• APT Financial Consultants PRONOUNCEMENTS ISSUED BY THE INTERNATIONAL AUDITING AND ASSURANCE STANDARDS BOARD Assurance Engagements Other Than Audits or Reviews of Historical Financial Information International International Standards on Assurance Engagement Assurance Engagements Practice Statements (ISAEs) (IAEPSs) 5.0 Professional competence and Duty of Care A member of auditing profession should observe the profession’s technical and ethical standards, strive continually to improve competence and quality of services, and discharge professional responsibility to the best of member’s ability. The principle of professional competence and due care imposes the following obligations on professional accountants: (a) To maintain professional knowledge and skill at the level required to ensure that clients or employers receive competent professional service; and (b) To act diligently in accordance with applicable technical and professional standards when providing professional services. Competent professional service requires the exercise of sound judgment in applying professional knowledge and skill in the performance of such service. Professional competence may be divided into two separate phases: (a) Attainment of professional competence; and (b) Maintenance of professional competence. The maintenance of professional competence requires a continuing awareness and an understanding of relevant technical professional and business developments. Continuing professional development develops and maintains the capabilities that enable a professional accountant to perform competently within the professional environments. Diligence encompasses the responsibility to act in accordance with the requirements of an assignment, carefully, thoroughly and on a timely basis. Sako Mayrick, 2008  Page 10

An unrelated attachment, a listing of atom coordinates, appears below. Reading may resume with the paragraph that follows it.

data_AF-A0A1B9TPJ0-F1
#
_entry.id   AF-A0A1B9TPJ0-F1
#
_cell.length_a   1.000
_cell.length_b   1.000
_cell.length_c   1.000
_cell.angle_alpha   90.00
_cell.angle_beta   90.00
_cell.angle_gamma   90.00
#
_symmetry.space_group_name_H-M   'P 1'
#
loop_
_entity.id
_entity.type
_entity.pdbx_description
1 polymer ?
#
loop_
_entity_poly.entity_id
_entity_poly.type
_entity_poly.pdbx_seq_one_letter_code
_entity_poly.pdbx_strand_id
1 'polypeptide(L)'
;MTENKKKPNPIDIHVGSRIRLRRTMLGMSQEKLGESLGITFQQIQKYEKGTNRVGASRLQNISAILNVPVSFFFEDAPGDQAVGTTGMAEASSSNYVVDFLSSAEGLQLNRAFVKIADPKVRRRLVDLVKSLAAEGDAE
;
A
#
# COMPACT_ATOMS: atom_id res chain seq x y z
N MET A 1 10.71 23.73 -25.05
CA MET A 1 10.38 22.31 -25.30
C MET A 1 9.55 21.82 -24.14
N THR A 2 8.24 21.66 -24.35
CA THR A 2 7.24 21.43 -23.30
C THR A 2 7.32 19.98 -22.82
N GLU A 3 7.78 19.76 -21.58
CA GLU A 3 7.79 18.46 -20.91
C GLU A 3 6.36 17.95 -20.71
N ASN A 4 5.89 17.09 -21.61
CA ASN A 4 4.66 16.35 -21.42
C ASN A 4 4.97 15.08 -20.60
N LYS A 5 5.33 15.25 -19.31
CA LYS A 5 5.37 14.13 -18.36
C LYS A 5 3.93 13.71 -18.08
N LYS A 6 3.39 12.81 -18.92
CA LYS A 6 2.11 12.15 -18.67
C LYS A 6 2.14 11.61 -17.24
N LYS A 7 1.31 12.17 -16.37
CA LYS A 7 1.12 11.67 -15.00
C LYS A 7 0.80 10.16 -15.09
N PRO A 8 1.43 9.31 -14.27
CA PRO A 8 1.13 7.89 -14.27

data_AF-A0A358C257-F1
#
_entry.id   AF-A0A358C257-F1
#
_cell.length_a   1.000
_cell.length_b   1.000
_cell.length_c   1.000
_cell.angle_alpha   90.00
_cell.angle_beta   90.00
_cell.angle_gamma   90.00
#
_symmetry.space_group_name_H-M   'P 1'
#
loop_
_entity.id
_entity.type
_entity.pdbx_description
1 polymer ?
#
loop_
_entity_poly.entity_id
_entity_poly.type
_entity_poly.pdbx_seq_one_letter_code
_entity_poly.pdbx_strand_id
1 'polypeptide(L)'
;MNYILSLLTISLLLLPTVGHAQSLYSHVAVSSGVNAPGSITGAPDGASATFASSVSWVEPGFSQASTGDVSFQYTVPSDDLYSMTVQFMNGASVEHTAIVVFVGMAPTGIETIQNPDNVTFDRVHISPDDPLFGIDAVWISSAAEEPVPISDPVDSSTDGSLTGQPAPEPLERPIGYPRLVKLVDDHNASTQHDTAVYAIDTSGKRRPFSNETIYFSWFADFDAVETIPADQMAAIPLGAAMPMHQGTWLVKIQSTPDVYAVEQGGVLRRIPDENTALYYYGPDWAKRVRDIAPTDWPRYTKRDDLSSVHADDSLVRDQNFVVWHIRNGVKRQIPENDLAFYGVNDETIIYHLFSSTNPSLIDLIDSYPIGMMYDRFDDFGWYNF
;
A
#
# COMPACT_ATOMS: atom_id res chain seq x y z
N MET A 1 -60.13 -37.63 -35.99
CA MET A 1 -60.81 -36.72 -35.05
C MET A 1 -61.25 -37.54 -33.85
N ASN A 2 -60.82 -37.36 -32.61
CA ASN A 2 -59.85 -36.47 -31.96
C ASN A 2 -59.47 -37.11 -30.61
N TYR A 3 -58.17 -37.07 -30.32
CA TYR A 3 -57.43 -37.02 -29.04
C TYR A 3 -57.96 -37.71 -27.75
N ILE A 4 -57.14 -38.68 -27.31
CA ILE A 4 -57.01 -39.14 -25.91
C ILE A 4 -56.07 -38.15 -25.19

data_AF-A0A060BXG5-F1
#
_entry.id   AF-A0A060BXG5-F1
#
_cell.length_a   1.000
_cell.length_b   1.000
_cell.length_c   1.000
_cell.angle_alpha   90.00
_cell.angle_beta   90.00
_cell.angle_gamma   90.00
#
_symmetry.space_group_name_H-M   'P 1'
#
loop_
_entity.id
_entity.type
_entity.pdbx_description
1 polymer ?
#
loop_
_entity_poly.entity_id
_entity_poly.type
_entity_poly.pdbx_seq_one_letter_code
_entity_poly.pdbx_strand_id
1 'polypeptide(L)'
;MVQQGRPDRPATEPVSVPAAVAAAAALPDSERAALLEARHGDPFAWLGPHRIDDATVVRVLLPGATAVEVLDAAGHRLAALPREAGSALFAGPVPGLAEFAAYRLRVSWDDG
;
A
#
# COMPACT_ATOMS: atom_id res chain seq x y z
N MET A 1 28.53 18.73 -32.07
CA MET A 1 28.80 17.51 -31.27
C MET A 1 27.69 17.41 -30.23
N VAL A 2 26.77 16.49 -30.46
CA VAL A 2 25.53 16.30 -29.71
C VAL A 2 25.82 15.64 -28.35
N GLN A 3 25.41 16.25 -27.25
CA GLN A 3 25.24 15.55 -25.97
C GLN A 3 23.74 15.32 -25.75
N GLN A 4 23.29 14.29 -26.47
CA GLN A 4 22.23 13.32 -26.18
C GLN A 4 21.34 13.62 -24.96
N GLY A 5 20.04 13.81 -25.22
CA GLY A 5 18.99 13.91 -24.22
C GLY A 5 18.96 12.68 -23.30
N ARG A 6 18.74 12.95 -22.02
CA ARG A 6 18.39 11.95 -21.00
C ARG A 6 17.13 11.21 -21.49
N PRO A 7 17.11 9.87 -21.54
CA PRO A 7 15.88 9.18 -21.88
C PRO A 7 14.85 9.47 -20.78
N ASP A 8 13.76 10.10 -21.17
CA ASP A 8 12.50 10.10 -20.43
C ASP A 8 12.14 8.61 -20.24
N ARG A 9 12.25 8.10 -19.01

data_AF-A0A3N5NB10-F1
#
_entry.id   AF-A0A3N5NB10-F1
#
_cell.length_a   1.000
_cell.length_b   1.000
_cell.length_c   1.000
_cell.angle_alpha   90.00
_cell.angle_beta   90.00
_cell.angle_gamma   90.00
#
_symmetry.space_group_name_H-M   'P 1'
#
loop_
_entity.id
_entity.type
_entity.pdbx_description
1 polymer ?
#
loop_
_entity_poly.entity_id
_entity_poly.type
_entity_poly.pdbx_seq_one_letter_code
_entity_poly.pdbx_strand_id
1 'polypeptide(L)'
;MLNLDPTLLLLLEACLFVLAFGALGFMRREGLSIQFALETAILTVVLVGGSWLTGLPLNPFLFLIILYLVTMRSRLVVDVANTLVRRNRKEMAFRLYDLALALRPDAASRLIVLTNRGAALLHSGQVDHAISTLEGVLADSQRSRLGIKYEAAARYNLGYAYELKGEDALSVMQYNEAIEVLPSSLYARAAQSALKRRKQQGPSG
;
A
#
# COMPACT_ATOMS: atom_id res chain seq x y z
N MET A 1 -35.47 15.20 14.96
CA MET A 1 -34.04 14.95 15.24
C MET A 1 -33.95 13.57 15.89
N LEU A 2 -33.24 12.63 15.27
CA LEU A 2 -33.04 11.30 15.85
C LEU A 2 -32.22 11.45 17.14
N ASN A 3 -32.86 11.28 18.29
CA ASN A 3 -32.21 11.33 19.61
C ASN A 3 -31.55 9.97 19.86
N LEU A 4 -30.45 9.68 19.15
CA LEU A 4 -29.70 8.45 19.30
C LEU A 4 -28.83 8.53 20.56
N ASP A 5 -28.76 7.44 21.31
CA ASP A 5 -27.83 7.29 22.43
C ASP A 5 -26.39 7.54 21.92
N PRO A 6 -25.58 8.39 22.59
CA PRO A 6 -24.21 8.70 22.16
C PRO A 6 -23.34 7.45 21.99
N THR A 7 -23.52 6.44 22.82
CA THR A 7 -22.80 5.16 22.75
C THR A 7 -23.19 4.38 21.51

• APT Financial Consultants A professional accountant should take steps to ensure that those working under the professional accountant’s authority in a professional capacity have appropriate training and supervision. Where appropriate, a professional accountant should make clients, employers or other users of the professional services aware of limitations inherent in the services to avoid the misinterpretation of an expression of opinion as an assertion of fact. 6.0 Auditor’s Liability and Auditing case law Auditor’s Liability The auditor is accountable to those who appointed her of his conduct while making his report on the audit .She has to assess whether management to the entity has carried out its fiduciary responsibility in a manner acceptable to owners the business and to improve the accountability in the manner acceptable to the owners of the business. The auditor’s liability is in two folds: • Under statute where by the auditor is criminally liable for publishing her report or similar statements while knowing that these are misleading, false or deceptive; • Under application of the principle of common law to establish the standards of work and reporting expected the auditor. Thus as a failure to exercise due care and skill in conduct of an audit. The former is owed to state and the other to individuals who have suffered loss as a result of audit shortcomings. Implications • An auditor may fail to discover a material fraud or error and deliver unqualified opinion on set of accounts, which in reality is significantly misstated. • An auditor may fail to recognize that the going concern assumption is not appropriate. Some time after the year-end the company may go into liquidation and question may be asked about absence of any warning in the auditor’s report. Liabilities to the state are likely to be “fixed in terms of penalties whereas the liabilities to the clients or third parties have been proven to be open –ended. The auditors are seeking to have the courts allocate blame for the corporate collapse on the basis of actual responsibility rather than the present system where by the deepest pocket carries the heaviest (usually the only) burden. The analogue below presents the Auditor’s liability in contextual layout: contract client-mgt investors Auditor No formal contract third parties -users Sako Mayrick, 2008  Page 11